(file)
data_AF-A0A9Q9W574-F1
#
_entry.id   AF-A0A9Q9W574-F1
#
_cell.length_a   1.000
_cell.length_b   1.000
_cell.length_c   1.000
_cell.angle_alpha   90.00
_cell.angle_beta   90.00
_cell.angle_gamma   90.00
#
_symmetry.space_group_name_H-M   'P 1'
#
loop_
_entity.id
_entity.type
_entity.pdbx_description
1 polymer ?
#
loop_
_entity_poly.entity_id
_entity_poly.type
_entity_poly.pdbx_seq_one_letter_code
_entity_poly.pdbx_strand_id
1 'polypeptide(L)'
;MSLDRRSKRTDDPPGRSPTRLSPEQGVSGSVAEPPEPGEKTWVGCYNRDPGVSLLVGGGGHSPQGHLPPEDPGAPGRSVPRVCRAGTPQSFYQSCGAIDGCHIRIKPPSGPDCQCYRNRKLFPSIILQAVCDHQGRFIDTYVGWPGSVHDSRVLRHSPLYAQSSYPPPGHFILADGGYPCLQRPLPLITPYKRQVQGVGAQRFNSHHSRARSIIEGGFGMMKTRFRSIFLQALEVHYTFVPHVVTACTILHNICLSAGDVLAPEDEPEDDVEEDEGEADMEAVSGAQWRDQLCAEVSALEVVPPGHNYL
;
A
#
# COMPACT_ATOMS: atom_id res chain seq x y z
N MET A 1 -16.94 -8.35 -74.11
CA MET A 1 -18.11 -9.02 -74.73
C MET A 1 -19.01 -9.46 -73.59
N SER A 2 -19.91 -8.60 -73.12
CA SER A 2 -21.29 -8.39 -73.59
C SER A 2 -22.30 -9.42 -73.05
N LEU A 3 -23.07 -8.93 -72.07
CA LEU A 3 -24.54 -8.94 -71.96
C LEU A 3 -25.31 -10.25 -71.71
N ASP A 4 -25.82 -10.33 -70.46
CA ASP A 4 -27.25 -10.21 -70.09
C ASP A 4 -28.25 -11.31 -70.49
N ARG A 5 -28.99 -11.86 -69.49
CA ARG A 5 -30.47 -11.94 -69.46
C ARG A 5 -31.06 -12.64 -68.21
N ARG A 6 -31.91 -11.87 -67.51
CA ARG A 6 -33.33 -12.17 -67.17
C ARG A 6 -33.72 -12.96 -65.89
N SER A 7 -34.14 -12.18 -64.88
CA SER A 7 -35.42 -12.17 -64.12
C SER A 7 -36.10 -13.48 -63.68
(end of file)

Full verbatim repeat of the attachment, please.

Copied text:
data_AF-A0A9Q9W574-F1
#
_entry.id   AF-A0A9Q9W574-F1
#
_cell.length_a   1.000
_cell.length_b   1.000
_cell.length_c   1.000
_cell.angle_alpha   90.00
_cell.angle_beta   90.00
_cell.angle_gamma   90.00
#
_symmetry.space_group_name_H-M   'P 1'
#
loop_
_entity.id
_entity.type
_entity.pdbx_description
1 polymer ?
#
loop_
_entity_poly.entity_id
_entity_poly.type
_entity_poly.pdbx_seq_one_letter_code
_entity_poly.pdbx_strand_id
1 'polypeptide(L)'
;MSLDRRSKRTDDPPGRSPTRLSPEQGVSGSVAEPPEPGEKTWVGCYNRDPGVSLLVGGGGHSPQGHLPPEDPGAPGRSVPRVCRAGTPQSFYQSCGAIDGCHIRIKPPSGPDCQCYRNRKLFPSIILQAVCDHQGRFIDTYVGWPGSVHDSRVLRHSPLYAQSSYPPPGHFILADGGYPCLQRPLPLITPYKRQVQGVGAQRFNSHHSRARSIIEGGFGMMKTRFRSIFLQALEVHYTFVPHVVTACTILHNICLSAGDVLAPEDEPEDDVEEDEGEADMEAVSGAQWRDQLCAEVSALEVVPPGHNYL
;
A
#
# COMPACT_ATOMS: atom_id res chain seq x y z
N MET A 1 -16.94 -8.35 -74.11
CA MET A 1 -18.11 -9.02 -74.73
C MET A 1 -19.01 -9.46 -73.59
N SER A 2 -19.91 -8.60 -73.12
CA SER A 2 -21.29 -8.39 -73.59
C SER A 2 -22.30 -9.42 -73.05
N LEU A 3 -23.07 -8.93 -72.07
CA LEU A 3 -24.54 -8.94 -71.96
C LEU A 3 -25.31 -10.25 -71.71
N ASP A 4 -25.82 -10.33 -70.46
CA ASP A 4 -27.25 -10.21 -70.09
C ASP A 4 -28.25 -11.31 -70.49
N ARG A 5 -28.99 -11.86 -69.49
CA ARG A 5 -30.47 -11.94 -69.46
C ARG A 5 -31.06 -12.64 -68.21
N ARG A 6 -31.91 -11.87 -67.51
CA ARG A 6 -33.33 -12.17 -67.17
C ARG A 6 -33.72 -12.96 -65.89
N SER A 7 -34.14 -12.18 -64.88
CA SER A 7 -35.42 -12.17 -64.12
C SER A 7 -36.10 -13.48 -63.68